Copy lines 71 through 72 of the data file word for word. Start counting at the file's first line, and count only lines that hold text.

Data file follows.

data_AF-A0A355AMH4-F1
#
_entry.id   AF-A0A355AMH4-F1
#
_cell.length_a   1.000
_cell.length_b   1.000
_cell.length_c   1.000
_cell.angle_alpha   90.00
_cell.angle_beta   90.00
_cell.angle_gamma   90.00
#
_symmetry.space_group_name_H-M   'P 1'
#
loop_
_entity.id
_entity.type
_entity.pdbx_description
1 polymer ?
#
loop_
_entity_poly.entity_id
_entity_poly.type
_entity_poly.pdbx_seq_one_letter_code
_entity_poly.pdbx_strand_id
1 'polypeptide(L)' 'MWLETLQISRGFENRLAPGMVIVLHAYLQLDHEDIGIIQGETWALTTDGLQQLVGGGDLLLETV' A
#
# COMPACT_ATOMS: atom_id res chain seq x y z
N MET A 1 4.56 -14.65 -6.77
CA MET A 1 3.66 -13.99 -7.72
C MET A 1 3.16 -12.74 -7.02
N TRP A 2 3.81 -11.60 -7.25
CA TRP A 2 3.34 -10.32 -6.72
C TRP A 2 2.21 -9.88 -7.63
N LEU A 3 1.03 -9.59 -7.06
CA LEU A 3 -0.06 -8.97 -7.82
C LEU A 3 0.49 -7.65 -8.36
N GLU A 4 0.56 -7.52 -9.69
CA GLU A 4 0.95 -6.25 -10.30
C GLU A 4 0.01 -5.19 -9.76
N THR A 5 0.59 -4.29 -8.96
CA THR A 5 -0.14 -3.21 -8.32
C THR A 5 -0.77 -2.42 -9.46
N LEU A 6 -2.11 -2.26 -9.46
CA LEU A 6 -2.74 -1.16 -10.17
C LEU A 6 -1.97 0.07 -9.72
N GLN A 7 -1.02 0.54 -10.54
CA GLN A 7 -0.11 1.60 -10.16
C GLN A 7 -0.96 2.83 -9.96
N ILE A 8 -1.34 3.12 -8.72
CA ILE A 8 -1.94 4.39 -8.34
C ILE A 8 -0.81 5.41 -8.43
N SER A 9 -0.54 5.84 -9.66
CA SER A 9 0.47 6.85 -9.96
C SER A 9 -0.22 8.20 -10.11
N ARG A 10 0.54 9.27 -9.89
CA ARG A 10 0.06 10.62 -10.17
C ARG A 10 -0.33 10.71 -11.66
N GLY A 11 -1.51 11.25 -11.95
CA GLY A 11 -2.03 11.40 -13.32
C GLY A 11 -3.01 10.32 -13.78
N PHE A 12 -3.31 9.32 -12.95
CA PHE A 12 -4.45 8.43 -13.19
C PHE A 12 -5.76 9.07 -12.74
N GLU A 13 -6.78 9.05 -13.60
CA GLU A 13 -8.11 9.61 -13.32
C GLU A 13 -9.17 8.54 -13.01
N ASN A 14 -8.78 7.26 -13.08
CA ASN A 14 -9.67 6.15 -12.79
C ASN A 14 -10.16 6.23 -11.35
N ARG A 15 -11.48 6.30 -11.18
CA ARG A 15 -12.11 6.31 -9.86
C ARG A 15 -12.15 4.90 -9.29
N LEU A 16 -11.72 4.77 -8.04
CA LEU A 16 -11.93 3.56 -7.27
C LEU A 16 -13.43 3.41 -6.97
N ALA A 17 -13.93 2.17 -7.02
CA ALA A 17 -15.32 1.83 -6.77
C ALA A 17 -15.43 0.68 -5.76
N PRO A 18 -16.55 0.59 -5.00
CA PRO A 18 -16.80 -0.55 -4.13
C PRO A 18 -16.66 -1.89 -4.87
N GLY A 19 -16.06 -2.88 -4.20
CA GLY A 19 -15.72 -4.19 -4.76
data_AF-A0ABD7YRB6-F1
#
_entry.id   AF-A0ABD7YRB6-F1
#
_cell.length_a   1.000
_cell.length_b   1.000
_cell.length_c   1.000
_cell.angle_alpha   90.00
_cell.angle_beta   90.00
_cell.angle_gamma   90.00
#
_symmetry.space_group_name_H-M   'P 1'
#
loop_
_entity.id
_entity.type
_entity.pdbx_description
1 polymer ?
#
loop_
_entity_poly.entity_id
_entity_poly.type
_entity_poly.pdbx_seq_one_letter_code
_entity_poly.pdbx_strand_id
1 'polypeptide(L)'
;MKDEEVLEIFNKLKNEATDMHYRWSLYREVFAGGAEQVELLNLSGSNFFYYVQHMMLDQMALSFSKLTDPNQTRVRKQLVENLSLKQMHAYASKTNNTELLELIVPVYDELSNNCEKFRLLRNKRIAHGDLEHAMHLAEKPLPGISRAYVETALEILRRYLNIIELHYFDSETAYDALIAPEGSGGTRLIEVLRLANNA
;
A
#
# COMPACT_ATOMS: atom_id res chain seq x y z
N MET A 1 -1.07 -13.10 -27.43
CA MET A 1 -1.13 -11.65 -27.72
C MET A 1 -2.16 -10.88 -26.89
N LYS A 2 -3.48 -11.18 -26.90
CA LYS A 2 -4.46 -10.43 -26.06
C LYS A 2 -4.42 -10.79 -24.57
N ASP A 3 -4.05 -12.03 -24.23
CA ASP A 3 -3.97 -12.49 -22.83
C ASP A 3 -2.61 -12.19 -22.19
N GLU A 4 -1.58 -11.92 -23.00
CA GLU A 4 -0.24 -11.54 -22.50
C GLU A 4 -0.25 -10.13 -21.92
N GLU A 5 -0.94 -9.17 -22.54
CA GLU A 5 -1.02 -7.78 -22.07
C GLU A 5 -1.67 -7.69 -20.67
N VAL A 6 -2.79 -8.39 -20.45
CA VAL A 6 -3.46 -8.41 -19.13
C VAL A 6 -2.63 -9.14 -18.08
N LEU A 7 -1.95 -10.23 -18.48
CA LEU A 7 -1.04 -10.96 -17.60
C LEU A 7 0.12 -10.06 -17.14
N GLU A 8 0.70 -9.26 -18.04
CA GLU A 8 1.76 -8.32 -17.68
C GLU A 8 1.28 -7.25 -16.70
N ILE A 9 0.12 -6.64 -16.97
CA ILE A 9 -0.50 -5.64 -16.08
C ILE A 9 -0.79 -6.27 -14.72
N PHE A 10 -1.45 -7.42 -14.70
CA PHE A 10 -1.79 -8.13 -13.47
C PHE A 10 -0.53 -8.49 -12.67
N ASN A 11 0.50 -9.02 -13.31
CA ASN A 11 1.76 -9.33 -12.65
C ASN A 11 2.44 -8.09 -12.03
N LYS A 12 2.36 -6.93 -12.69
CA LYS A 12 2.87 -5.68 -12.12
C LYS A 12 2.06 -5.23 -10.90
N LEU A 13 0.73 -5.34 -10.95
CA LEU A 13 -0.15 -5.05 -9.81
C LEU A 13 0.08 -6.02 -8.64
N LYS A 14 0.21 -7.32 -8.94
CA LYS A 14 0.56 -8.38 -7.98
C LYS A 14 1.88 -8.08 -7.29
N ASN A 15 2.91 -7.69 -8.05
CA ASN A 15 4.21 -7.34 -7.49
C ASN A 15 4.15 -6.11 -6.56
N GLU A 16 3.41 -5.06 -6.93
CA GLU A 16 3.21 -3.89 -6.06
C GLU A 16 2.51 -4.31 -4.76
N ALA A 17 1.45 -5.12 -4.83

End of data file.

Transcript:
CA ARG A 15 -12.11 6.31 -9.86
C ARG A 15 -12.15 4.90 -9.29